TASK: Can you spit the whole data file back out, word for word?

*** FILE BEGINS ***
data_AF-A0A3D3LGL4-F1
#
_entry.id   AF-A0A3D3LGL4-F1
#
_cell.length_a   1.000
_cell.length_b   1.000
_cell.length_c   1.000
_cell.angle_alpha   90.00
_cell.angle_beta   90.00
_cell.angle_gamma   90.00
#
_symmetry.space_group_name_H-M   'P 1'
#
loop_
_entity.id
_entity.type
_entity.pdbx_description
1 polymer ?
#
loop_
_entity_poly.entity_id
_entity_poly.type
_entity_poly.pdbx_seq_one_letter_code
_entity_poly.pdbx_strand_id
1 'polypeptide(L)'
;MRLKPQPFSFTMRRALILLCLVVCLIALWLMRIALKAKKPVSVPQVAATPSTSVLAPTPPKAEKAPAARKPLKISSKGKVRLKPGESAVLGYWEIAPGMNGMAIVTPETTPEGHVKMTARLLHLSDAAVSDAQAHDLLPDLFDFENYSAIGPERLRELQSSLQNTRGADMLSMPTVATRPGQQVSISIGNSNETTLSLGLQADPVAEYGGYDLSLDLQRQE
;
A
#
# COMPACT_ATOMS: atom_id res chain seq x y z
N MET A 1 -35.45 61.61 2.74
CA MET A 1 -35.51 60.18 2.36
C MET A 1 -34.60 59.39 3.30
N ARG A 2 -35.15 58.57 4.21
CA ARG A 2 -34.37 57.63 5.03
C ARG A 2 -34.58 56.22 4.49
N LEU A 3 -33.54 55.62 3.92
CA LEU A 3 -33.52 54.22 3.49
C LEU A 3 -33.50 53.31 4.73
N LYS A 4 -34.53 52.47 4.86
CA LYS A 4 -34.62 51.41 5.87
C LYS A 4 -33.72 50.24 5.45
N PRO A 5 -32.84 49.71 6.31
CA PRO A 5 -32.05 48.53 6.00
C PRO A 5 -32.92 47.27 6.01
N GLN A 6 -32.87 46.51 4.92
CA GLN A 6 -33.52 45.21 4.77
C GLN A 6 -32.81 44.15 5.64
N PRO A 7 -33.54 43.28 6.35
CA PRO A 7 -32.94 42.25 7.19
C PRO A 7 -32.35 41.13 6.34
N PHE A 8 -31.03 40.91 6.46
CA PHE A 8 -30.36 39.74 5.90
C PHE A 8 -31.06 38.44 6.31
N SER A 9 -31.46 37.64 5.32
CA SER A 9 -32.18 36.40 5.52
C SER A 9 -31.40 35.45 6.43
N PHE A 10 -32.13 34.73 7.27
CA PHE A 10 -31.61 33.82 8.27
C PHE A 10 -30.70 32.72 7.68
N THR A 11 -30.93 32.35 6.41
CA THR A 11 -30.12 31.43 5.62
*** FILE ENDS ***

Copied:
data_AF-A0A3D3LGL4-F1
#
_entry.id   AF-A0A3D3LGL4-F1
#
_cell.length_a   1.000
_cell.length_b   1.000
_cell.length_c   1.000
_cell.angle_alpha   90.00
_cell.angle_beta   90.00
_cell.angle_gamma   90.00
#
_symmetry.space_group_name_H-M   'P 1'
#
loop_
_entity.id
_entity.type
_entity.pdbx_description
1 polymer ?
#
loop_
_entity_poly.entity_id
_entity_poly.type
_entity_poly.pdbx_seq_one_letter_code
_entity_poly.pdbx_strand_id
1 'polypeptide(L)'
;MRLKPQPFSFTMRRALILLCLVVCLIALWLMRIALKAKKPVSVPQVAATPSTSVLAPTPPKAEKAPAARKPLKISSKGKVRLKPGESAVLGYWEIAPGMNGMAIVTPETTPEGHVKMTARLLHLSDAAVSDAQAHDLLPDLFDFENYSAIGPERLRELQSSLQNTRGADMLSMPTVATRPGQQVSISIGNSNETTLSLGLQADPVAEYGGYDLSLDLQRQE
;
A
#
# COMPACT_ATOMS: atom_id res chain seq x y z
N MET A 1 -35.45 61.61 2.74
CA MET A 1 -35.51 60.18 2.36
C MET A 1 -34.60 59.39 3.30
N ARG A 2 -35.15 58.57 4.21
CA ARG A 2 -34.37 57.63 5.03
C ARG A 2 -34.58 56.22 4.49
N LEU A 3 -33.54 55.62 3.92
CA LEU A 3 -33.52 54.22 3.49
C LEU A 3 -33.50 53.31 4.73
N LYS A 4 -34.53 52.47 4.86
CA LYS A 4 -34.62 51.41 5.87
C LYS A 4 -33.72 50.24 5.45
N PRO A 5 -32.84 49.71 6.31
CA PRO A 5 -32.05 48.53 6.00
C PRO A 5 -32.92 47.27 6.01
N GLN A 6 -32.87 46.51 4.92
CA GLN A 6 -33.52 45.21 4.77
C GLN A 6 -32.81 44.15 5.64
N PRO A 7 -33.54 43.28 6.35
CA PRO A 7 -32.94 42.25 7.19
C PRO A 7 -32.35 41.13 6.34
N PHE A 8 -31.03 40.91 6.46
CA PHE A 8 -30.36 39.74 5.90
C PHE A 8 -31.06 38.44 6.31
N SER A 9 -31.46 37.64 5.32
CA SER A 9 -32.18 36.40 5.52
C SER A 9 -31.40 35.45 6.43
N PHE A 10 -32.13 34.73 7.27
CA PHE A 10 -31.61 33.82 8.27
C PHE A 10 -30.70 32.72 7.68
N THR A 11 -30.93 32.35 6.41
CA THR A 11 -30.12 31.43 5.62